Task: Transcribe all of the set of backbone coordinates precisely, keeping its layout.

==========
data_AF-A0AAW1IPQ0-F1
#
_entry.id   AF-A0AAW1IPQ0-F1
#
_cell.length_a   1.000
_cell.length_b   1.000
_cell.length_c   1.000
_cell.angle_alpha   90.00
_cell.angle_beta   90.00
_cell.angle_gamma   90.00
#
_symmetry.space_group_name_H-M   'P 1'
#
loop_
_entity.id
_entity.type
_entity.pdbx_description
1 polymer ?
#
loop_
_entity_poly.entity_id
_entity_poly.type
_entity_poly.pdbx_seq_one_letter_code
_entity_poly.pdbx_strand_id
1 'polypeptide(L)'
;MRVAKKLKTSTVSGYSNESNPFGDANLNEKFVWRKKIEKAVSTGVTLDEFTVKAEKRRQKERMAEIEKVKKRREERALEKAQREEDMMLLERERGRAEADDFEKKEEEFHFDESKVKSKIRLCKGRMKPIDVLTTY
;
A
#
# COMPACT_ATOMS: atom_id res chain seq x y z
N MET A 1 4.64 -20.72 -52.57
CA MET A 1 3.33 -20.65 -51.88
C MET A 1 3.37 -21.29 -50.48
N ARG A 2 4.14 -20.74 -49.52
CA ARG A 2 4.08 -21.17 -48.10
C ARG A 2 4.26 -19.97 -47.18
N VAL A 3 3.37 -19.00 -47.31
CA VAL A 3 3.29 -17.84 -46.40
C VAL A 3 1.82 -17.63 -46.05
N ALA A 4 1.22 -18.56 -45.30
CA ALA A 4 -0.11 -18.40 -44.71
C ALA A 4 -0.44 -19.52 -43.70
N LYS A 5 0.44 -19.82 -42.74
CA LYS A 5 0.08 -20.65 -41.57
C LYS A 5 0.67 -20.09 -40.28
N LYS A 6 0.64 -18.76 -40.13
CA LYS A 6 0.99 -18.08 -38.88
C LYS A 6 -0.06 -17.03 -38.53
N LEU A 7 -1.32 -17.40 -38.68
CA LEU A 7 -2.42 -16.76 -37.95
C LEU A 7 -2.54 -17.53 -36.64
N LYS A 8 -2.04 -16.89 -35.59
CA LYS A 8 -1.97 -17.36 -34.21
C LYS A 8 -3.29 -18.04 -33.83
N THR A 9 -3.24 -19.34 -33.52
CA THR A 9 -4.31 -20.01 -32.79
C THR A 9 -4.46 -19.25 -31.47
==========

data_AF-A0AAW1IPQ0-F1
#
_entry.id   AF-A0AAW1IPQ0-F1
#
_cell.length_a   1.000
_cell.length_b   1.000
_cell.length_c   1.000
_cell.angle_alpha   90.00
_cell.angle_beta   90.00
_cell.angle_gamma   90.00
#
_symmetry.space_group_name_H-M   'P 1'
#
loop_
_entity.id
_entity.type
_entity.pdbx_description
1 polymer ?
#
loop_
_entity_poly.entity_id
_entity_poly.type
_entity_poly.pdbx_seq_one_letter_code
_entity_poly.pdbx_strand_id
1 'polypeptide(L)'
;MRVAKKLKTSTVSGYSNESNPFGDANLNEKFVWRKKIEKAVSTGVTLDEFTVKAEKRRQKERMAEIEKVKKRREERALEKAQREEDMMLLERERGRAEADDFEKKEEEFHFDESKVKSKIRLCKGRMKPIDVLTTY
;
A
#
# COMPACT_ATOMS: atom_id res chain seq x y z
N MET A 1 4.64 -20.72 -52.57
CA MET A 1 3.33 -20.65 -51.88
C MET A 1 3.37 -21.29 -50.48
N ARG A 2 4.14 -20.74 -49.52
CA ARG A 2 4.08 -21.17 -48.10
C ARG A 2 4.26 -19.97 -47.18
N VAL A 3 3.37 -19.00 -47.31
CA VAL A 3 3.29 -17.84 -46.40
C VAL A 3 1.82 -17.63 -46.05
N ALA A 4 1.22 -18.56 -45.30
CA ALA A 4 -0.11 -18.40 -44.71
C ALA A 4 -0.44 -19.52 -43.70
N LYS A 5 0.44 -19.82 -42.74
CA LYS A 5 0.08 -20.65 -41.57
C LYS A 5 0.67 -20.09 -40.28
N LYS A 6 0.64 -18.76 -40.13
CA LYS A 6 0.99 -18.08 -38.88
C LYS A 6 -0.06 -17.03 -38.53
N LEU A 7 -1.32 -17.40 -38.68
CA LEU A 7 -2.42 -16.76 -37.95
C LEU A 7 -2.54 -17.53 -36.64
N LYS A 8 -2.04 -16.89 -35.59
CA LYS A 8 -1.97 -17.36 -34.21
C LYS A 8 -3.29 -18.04 -33.83
N THR A 9 -3.24 -19.34 -33.52
CA THR A 9 -4.31 -20.01 -32.79
C THR A 9 -4.46 -19.25 -31.47